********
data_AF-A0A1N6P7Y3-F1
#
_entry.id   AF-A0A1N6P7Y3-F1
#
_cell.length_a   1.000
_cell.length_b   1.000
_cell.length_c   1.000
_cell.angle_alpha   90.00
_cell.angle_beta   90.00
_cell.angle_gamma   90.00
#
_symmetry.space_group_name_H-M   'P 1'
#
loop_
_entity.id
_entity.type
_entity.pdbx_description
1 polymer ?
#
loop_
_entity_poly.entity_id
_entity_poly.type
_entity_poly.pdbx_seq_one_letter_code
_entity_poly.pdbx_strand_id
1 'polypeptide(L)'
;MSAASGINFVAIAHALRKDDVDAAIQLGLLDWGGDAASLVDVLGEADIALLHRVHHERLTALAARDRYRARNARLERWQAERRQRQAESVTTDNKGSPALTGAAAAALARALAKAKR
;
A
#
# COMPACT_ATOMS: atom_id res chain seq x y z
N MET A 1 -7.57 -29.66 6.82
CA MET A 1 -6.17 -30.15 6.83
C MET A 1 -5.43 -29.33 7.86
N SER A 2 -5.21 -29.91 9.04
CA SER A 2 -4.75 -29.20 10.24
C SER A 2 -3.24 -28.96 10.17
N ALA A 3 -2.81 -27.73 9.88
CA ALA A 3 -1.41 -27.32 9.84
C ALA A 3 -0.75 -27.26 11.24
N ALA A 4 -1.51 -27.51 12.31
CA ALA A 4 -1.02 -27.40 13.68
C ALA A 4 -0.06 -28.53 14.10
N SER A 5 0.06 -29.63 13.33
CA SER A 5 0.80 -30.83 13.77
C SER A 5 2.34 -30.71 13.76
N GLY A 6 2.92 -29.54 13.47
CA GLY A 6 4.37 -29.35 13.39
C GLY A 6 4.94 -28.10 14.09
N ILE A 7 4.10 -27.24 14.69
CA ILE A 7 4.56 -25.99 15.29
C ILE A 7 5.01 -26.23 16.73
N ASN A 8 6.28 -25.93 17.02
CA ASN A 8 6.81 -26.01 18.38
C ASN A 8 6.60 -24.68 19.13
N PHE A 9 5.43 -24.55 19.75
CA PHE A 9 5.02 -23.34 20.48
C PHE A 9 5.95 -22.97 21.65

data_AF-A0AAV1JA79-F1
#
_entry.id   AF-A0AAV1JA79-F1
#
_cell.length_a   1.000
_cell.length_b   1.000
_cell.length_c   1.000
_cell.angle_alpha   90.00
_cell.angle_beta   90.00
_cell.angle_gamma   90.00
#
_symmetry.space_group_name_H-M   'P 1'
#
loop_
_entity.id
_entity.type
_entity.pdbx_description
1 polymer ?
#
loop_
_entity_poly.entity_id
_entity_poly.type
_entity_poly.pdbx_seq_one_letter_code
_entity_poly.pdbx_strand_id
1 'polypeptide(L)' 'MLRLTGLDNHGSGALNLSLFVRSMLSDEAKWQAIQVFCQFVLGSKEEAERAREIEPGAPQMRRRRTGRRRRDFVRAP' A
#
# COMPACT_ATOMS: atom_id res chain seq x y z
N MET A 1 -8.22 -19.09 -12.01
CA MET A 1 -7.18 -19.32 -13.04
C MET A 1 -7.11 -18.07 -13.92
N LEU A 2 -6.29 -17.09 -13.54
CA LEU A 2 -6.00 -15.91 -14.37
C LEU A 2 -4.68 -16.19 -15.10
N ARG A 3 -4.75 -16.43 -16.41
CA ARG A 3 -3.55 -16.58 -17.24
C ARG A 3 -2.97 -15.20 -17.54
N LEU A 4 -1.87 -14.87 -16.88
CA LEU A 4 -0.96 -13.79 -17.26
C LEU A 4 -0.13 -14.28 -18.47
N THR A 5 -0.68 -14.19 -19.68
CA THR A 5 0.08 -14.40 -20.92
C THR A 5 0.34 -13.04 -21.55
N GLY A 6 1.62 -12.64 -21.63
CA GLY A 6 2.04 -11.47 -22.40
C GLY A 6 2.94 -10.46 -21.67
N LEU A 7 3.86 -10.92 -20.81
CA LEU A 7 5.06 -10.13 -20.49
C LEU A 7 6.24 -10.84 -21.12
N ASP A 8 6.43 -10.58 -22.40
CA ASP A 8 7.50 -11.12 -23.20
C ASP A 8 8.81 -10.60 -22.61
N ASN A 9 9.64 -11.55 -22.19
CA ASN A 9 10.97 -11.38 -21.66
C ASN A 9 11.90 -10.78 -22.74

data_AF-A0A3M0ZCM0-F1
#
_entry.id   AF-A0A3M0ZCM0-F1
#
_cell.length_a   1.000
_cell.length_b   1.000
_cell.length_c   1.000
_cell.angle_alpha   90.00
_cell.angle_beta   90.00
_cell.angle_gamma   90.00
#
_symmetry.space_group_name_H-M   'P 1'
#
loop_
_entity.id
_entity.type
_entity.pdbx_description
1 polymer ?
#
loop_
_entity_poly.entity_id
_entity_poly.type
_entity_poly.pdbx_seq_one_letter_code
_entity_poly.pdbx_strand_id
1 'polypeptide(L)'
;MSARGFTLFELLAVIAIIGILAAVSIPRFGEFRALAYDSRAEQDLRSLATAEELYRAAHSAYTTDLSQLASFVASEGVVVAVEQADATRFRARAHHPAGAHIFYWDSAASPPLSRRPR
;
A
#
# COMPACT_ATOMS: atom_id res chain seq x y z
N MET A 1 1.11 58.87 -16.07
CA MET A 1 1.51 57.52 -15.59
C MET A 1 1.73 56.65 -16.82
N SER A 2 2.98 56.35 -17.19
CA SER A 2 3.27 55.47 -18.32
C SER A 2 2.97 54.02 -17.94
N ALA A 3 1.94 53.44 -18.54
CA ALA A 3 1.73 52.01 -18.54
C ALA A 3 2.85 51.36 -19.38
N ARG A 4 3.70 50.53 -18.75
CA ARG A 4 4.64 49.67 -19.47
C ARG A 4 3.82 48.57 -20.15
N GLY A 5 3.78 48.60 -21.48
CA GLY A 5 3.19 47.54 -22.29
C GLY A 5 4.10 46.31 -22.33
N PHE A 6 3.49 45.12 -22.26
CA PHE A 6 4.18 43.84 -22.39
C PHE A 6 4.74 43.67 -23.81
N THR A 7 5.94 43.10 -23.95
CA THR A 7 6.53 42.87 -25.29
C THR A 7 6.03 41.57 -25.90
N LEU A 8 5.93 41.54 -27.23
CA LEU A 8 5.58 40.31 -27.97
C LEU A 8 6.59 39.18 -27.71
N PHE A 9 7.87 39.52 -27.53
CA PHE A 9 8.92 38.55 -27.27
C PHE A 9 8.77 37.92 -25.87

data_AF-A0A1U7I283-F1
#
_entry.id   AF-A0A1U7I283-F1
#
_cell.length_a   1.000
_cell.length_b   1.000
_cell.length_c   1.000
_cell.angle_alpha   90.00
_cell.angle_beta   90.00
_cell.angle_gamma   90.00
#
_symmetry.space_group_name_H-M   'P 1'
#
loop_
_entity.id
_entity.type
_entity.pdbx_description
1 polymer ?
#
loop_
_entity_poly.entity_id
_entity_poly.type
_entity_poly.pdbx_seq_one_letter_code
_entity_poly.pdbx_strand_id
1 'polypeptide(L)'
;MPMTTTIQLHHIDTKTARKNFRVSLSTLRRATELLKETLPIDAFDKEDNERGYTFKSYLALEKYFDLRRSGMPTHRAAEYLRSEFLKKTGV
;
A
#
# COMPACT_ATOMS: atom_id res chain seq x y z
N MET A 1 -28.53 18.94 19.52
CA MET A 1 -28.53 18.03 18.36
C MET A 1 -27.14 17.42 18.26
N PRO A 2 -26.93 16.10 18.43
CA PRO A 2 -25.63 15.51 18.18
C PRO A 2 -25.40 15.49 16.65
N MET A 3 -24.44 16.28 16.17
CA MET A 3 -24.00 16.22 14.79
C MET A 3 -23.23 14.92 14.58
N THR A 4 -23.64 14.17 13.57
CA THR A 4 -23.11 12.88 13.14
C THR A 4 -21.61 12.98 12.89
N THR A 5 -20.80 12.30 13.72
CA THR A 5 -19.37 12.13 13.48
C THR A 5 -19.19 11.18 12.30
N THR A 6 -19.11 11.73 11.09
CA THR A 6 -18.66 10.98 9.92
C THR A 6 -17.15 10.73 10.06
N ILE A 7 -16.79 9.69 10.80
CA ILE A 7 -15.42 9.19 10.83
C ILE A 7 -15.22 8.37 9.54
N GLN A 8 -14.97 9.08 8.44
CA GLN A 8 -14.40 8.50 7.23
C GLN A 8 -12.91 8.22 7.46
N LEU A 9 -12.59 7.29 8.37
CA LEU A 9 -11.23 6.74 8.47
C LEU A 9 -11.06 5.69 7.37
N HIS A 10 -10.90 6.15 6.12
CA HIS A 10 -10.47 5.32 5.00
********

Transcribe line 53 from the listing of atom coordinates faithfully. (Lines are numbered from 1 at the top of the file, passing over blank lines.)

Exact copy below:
CA ASN A 8 6.81 -26.01 18.38